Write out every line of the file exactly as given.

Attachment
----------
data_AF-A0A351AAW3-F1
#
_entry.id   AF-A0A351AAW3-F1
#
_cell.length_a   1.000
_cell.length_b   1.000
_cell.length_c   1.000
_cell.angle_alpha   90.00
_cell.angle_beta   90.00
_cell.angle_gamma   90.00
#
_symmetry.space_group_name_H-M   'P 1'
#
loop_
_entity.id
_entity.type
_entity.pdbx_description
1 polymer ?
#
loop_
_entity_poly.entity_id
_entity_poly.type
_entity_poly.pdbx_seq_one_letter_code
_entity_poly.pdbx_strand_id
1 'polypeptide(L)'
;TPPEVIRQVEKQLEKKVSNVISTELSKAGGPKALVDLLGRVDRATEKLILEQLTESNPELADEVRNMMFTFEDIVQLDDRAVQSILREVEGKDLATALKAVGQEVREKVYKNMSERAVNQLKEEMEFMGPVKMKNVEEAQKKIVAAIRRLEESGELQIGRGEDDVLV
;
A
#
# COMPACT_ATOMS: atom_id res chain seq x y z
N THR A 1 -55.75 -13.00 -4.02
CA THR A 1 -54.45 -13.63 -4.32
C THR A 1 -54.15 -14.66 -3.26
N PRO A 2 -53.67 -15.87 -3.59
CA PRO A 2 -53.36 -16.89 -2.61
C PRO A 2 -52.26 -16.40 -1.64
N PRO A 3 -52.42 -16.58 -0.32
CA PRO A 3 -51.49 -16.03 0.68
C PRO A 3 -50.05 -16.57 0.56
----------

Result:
data_AF-A0A351AAW3-F1
#
_entry.id   AF-A0A351AAW3-F1
#
_cell.length_a   1.000
_cell.length_b   1.000
_cell.length_c   1.000
_cell.angle_alpha   90.00
_cell.angle_beta   90.00
_cell.angle_gamma   90.00
#
_symmetry.space_group_name_H-M   'P 1'
#
loop_
_entity.id
_entity.type
_entity.pdbx_description
1 polymer ?
#
loop_
_entity_poly.entity_id
_entity_poly.type
_entity_poly.pdbx_seq_one_letter_code
_entity_poly.pdbx_strand_id
1 'polypeptide(L)'
;TPPEVIRQVEKQLEKKVSNVISTELSKAGGPKALVDLLGRVDRATEKLILEQLTESNPELADEVRNMMFTFEDIVQLDDRAVQSILREVEGKDLATALKAVGQEVREKVYKNMSERAVNQLKEEMEFMGPVKMKNVEEAQKKIVAAIRRLEESGELQIGRGEDDVLV
;
A
#
# COMPACT_ATOMS: atom_id res chain seq x y z
N THR A 1 -55.75 -13.00 -4.02
CA THR A 1 -54.45 -13.63 -4.32
C THR A 1 -54.15 -14.66 -3.26
N PRO A 2 -53.67 -15.87 -3.59
CA PRO A 2 -53.36 -16.89 -2.61
C PRO A 2 -52.26 -16.40 -1.64
N PRO A 3 -52.42 -16.58 -0.32
CA PRO A 3 -51.49 -16.03 0.68
C PRO A 3 -50.05 -16.57 0.56